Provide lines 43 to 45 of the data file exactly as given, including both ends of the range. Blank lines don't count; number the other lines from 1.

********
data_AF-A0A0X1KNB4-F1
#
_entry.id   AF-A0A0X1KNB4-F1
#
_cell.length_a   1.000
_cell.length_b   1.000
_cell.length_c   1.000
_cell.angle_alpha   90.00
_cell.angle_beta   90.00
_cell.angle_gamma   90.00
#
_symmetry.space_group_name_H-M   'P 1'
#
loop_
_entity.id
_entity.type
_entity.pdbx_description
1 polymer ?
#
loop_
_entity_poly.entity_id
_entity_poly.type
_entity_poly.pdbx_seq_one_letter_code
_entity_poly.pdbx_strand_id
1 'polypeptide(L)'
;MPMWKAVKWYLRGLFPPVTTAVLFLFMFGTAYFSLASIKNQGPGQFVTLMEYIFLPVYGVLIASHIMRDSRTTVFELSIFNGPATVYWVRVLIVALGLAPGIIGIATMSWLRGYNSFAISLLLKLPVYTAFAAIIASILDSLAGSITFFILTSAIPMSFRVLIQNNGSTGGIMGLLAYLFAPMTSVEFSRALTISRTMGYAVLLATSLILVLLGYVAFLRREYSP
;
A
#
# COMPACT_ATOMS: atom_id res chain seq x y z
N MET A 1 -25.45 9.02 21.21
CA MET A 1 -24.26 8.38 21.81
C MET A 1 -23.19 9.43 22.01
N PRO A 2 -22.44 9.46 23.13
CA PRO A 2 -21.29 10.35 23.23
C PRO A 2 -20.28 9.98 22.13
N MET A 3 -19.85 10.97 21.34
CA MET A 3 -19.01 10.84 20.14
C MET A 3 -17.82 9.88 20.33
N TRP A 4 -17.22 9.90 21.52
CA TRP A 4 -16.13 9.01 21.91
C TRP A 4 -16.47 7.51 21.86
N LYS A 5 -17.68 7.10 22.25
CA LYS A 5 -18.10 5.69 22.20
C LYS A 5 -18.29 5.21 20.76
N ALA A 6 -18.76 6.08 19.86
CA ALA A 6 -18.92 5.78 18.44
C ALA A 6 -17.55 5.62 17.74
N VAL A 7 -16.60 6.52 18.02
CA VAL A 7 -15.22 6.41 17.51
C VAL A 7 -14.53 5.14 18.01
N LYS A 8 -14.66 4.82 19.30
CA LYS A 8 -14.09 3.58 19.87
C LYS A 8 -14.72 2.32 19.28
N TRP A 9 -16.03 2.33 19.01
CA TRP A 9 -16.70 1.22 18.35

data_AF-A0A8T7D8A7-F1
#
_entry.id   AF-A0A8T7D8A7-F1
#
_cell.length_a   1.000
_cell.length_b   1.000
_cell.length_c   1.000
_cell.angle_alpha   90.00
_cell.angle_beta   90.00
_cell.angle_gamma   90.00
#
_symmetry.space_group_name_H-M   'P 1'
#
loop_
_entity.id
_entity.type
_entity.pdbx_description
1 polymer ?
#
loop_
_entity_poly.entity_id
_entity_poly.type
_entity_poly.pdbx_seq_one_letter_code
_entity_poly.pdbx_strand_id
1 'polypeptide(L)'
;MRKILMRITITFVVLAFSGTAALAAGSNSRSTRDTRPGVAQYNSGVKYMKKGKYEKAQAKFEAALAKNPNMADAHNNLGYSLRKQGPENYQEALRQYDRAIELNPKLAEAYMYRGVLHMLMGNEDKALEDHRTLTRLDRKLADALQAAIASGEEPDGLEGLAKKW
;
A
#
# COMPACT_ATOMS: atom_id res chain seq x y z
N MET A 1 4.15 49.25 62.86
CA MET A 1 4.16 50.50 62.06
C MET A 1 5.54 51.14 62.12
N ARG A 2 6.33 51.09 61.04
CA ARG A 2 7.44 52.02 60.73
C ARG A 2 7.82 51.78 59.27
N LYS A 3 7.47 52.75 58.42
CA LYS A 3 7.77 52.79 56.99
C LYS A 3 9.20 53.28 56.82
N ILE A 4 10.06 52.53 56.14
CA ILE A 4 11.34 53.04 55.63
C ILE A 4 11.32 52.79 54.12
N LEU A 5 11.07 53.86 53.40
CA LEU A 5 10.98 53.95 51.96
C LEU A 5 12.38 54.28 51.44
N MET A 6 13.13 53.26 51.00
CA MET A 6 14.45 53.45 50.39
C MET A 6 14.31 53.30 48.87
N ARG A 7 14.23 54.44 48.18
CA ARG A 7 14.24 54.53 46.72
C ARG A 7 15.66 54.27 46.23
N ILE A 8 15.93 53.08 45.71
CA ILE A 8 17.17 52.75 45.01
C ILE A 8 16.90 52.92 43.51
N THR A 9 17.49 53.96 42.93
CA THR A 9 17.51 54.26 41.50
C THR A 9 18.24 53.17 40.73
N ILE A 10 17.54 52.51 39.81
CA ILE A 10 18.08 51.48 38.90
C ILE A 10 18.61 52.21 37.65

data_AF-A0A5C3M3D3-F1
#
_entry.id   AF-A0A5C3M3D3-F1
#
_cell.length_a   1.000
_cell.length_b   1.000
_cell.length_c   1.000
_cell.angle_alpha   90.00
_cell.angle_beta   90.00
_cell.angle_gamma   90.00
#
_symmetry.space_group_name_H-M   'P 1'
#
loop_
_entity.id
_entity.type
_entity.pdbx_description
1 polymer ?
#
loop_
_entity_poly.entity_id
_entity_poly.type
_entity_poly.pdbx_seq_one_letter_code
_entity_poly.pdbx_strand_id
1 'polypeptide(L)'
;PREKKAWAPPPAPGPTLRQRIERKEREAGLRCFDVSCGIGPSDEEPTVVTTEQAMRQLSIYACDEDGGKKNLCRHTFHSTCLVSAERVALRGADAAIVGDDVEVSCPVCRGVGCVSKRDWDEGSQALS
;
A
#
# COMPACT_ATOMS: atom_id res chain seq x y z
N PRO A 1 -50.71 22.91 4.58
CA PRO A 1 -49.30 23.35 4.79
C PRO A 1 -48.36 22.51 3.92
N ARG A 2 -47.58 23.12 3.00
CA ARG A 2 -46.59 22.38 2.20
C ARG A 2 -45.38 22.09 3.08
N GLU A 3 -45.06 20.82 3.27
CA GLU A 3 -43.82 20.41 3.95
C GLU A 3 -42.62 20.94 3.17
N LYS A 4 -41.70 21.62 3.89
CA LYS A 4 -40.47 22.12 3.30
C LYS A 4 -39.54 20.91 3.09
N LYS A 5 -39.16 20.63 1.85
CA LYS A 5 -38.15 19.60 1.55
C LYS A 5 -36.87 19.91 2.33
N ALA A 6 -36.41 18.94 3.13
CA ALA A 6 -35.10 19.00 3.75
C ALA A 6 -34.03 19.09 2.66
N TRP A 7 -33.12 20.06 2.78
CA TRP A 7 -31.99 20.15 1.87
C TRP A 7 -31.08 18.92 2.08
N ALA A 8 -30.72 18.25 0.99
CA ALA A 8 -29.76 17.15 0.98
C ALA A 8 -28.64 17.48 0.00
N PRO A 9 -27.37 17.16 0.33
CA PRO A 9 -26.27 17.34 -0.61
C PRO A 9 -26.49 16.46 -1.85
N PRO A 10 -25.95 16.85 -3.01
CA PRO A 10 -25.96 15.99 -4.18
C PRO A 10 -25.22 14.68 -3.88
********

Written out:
N LYS A 5 -17.68 7.10 22.25
CA LYS A 5 -18.10 5.69 22.20
C LYS A 5 -18.29 5.21 20.76